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2 Senior AIPAC Employees Ousted

FBI Investigating if Pair Gave Classified Information to Israel

By Dan Eggen and Jerry Markon
Washington Post Staff Writers
Thursday, April 21, 2005; Page A08

Two senior employees of the American Israel Public Affairs Committee, one of Washington's most influential lobbying organizations, have left their jobs amid an FBI investigation into whether they passed classified U.S. information to the government of Israel, a source close to the organization said yesterday.

The source characterized the departures as firings.


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It was not until the early 20th century that the Senate enacted rules allowing members to end filibusters and unlimited debate. How many votes were required to invoke cloture when the Senate first adopted the rule in 1917?
51
60
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Lawyers for the two men, policy director Steve Rosen and senior analyst Keith Weissman, released a statement strongly denying any wrongdoing.

"Steve Rosen and Keith Weissman have not violated any U.S. law or AIPAC policy," said the statement, issued by Abbe Lowell and John Nassikas. "Contrary to press accounts, they have never solicited, received, or passed on any classified documents. They carried out their job responsibilities solely to serve AIPAC's goal of strengthening the US-Israel relationship."

The attorneys declined through a spokesman to comment further. An AIPAC spokesman also declined to discuss details, but disputed portions of the statement issued by the men's attorneys.

"The statement made by Rosen and Weissman represents solely their view of the facts," said AIPAC spokesman Patrick Dorton. "The action that AIPAC has taken was done in consultation with counsel after careful consideration of recently learned information and the conduct AIPAC expects of its employees."

The exit of Rosen and Weissman marks a dramatic about-face for AIPAC, which in previous public statements has strongly defended the actions of all its employees as the FBI conducted its probe.

The developments also come as federal prosecutors in Alexandria are considering filing criminal charges in the case, according to two law enforcement officials. The probe centers on whether a Defense Department policy analyst, Lawrence A. Franklin, provided a draft presidential directive on Iran and other information to AIPAC, and whether AIPAC then passed the material on to Israel, officials have said.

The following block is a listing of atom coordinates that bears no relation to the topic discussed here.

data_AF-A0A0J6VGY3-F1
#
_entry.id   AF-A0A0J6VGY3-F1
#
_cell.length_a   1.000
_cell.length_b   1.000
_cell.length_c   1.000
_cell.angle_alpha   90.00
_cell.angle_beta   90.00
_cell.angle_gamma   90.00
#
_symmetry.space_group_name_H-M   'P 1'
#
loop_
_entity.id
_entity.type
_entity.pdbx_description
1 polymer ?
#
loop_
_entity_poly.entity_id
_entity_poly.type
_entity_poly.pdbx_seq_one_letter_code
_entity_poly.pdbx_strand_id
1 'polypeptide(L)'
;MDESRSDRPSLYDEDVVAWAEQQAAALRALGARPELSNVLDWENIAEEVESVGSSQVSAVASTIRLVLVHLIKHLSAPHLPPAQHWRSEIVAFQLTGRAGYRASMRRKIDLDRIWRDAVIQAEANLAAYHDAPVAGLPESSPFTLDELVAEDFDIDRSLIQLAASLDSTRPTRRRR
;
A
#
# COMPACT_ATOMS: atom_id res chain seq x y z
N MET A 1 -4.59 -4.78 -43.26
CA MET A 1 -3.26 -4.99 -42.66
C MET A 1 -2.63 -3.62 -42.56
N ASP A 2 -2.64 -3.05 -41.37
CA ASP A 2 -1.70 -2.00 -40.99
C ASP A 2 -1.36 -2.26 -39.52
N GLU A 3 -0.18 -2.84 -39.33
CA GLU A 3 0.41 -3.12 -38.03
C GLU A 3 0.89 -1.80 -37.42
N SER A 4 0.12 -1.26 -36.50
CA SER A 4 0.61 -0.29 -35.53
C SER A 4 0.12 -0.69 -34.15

"Things are moving quickly," one of the officials said in a recent interview. "It is definitely moving closer to some conclusions."

Franklin has been cooperating with authorities at times but so far has not reached any agreement with prosecutors, officials said. Franklin is now back working at the Defense Department, but not in the Pentagon and without his previous security privileges, officials said.

Franklin's attorney, Plato Cacheris, did not return a telephone message left at his office late yesterday.

The FBI raided AIPAC's offices in Washington twice last year, obtaining computer files and serving grand jury subpoenas on four senior executives. The grand jury handling the case sits in Alexandria.

AIPAC has demonstrated an ability to provide large amounts of campaign contributions to congressional friends of Israel. In Fortune magazine's now-discontinued survey of groups with clout in the capital, AIPAC regularly was ranked in the top five, along with AARP and the National Rifle Association.

AIPAC and its affiliates also annually take members of Congress and their staffers on tours of Israel, cementing relations between the leaders of both countries and ensuring continued high levels of foreign assistance from the United States to Israel.

The brewing scandal at AIPAC has caused an uproar in the Jewish community, especially among wealthy political donors. Many of the group's supporters fear that the turmoil could undercut U.S. backing of Israel at a critical time for that nation.

Staff writer Jeffrey H. Birnbaum contributed to this report.


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